The State Department designated the group and its leaders as global terrorists in April 2020. This is the first time such a label has been applied to a white supremacist group.

“RIM provides paramilitary training to European white supremacists and neo-Nazis and is actively working to rally these types of groups into a common front against their perceived enemies. ‘, the department said in a designated announcement.

The department said the group has two training centers in St. Petersburg, “which are likely to be used for forestry and urban assaults, tactical weapons, and hand-to-hand combat training.”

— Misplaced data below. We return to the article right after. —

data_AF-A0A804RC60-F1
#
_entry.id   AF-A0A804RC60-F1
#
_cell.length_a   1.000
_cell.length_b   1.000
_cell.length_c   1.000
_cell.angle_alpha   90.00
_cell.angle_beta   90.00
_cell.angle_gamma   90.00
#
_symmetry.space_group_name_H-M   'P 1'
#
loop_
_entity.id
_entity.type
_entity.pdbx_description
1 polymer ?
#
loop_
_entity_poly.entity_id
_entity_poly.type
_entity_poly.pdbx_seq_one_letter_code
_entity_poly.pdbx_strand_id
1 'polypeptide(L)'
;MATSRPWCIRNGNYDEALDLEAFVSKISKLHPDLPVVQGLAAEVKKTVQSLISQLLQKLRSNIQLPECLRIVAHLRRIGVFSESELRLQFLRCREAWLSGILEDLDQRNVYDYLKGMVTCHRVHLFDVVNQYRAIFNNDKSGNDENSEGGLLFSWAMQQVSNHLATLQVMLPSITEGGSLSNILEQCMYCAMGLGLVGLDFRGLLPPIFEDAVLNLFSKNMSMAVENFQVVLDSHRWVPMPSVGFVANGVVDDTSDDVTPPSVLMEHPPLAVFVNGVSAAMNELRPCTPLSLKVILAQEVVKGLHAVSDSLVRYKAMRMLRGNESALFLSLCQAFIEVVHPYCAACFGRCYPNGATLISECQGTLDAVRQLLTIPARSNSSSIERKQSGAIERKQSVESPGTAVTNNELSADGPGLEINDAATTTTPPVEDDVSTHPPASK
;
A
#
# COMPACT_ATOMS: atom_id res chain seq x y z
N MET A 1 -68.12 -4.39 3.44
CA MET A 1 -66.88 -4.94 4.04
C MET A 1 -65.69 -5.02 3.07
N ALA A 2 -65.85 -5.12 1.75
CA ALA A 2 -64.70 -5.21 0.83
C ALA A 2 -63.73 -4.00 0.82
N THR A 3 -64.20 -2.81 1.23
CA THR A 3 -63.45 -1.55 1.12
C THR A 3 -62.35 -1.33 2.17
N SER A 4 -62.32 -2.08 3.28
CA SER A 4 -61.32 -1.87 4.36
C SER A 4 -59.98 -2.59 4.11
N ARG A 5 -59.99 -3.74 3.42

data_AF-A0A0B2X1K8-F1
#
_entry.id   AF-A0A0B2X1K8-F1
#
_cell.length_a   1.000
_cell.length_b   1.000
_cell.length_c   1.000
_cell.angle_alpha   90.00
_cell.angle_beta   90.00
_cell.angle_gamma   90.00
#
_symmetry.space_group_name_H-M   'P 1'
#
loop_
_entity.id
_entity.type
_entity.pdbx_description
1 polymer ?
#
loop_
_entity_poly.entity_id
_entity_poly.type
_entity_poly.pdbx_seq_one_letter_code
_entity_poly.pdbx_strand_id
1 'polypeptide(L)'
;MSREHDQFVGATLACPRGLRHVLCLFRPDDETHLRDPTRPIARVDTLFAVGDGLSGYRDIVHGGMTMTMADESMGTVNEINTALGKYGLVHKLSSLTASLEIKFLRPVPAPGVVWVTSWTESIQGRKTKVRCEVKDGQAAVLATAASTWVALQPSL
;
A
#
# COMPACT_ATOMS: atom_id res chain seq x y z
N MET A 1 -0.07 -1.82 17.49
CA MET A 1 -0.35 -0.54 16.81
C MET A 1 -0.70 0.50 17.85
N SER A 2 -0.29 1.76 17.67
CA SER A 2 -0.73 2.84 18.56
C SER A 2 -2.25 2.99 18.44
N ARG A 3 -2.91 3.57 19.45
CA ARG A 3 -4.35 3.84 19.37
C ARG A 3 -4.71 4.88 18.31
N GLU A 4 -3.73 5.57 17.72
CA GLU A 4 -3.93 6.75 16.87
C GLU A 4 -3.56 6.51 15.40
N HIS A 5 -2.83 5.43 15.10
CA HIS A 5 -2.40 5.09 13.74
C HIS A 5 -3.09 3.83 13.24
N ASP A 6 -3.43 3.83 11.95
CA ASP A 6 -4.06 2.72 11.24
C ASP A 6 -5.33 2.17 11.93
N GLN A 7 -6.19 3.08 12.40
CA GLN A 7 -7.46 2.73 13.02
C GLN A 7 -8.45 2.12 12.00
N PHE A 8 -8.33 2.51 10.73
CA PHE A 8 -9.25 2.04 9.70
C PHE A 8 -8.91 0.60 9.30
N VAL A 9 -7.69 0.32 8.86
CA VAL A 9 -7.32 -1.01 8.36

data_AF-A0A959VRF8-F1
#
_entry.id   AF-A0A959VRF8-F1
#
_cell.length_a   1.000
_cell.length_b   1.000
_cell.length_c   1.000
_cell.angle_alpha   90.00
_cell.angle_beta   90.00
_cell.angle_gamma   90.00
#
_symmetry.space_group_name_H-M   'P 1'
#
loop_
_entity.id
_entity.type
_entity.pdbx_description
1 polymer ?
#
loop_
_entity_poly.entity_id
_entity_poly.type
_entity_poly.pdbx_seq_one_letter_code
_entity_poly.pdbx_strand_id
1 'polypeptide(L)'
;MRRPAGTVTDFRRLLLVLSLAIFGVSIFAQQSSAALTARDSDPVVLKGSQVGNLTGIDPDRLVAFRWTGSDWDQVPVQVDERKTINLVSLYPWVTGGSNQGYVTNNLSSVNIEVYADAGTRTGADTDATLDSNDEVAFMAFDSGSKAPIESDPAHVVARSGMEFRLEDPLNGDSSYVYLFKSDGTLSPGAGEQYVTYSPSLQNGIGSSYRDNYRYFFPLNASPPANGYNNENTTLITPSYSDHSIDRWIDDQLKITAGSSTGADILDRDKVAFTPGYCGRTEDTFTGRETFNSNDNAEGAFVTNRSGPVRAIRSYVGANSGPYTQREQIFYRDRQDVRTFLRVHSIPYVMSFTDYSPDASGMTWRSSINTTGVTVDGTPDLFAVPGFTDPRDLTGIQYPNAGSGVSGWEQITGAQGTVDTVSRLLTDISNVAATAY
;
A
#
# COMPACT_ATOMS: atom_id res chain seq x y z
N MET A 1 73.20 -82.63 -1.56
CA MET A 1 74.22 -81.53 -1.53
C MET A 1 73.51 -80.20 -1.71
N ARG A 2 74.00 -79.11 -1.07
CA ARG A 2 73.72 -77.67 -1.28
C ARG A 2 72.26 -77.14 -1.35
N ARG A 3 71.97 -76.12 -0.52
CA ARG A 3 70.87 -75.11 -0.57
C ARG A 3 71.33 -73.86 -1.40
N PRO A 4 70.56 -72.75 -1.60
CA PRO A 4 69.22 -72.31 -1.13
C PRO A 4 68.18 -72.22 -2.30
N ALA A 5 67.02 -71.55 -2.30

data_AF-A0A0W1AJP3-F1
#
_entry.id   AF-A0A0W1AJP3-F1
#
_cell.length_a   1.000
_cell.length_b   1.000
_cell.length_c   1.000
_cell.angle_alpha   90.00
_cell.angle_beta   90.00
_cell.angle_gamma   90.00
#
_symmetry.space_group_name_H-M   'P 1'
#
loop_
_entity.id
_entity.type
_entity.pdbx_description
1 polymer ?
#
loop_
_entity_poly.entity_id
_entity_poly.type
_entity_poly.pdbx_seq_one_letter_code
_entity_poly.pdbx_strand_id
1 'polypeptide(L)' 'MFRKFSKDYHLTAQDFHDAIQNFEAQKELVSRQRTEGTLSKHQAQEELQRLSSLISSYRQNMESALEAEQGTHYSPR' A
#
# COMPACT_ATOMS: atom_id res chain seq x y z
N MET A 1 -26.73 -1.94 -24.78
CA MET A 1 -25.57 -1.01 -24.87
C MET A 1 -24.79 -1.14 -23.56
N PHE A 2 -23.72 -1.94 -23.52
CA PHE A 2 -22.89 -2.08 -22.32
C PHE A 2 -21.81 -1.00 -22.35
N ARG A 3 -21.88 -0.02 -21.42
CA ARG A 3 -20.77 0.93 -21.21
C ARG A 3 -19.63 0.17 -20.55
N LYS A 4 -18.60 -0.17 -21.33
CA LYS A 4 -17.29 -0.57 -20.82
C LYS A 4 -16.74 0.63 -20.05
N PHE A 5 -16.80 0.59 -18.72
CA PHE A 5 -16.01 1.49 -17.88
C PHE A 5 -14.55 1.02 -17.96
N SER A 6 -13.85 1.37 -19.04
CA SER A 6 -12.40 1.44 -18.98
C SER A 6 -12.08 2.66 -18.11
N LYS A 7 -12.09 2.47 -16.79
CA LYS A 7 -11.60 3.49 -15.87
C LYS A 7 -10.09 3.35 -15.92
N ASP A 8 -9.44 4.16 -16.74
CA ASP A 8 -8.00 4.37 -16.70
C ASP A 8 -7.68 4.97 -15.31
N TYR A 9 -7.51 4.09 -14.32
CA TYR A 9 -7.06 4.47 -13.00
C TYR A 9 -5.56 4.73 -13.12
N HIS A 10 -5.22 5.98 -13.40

The State Department-appointed leader was Stanislav Anatolyevich Vorobyev, who founded the group in St. Petersburg in 2002. Denis Baliulovich Galiev, leader of its paramilitary organization, the Imperial Russian Corps. And Nikolay Nikolayevich Trushchalov, the organizer of the group’s overseas activities.

The agency said two Swedes behind the string of bombings in Gothenburg, Sweden, in 2016 attended a training course run by a Russian group. The court-convicted perpetrators targeted refugee shelters, shelters for asylum seekers, and cafes.

The Center for International Security Cooperation at Stanford University describes the Russian Empire movement as “white supremacist, monarchist, ultranationalist, pro-Russian Orthodox and anti-Semitic.” The group advocated for the restoration of tsarist rule over Russia and said it was fostering ties between the United States and neo-Nazi and white supremacist groups in Europe.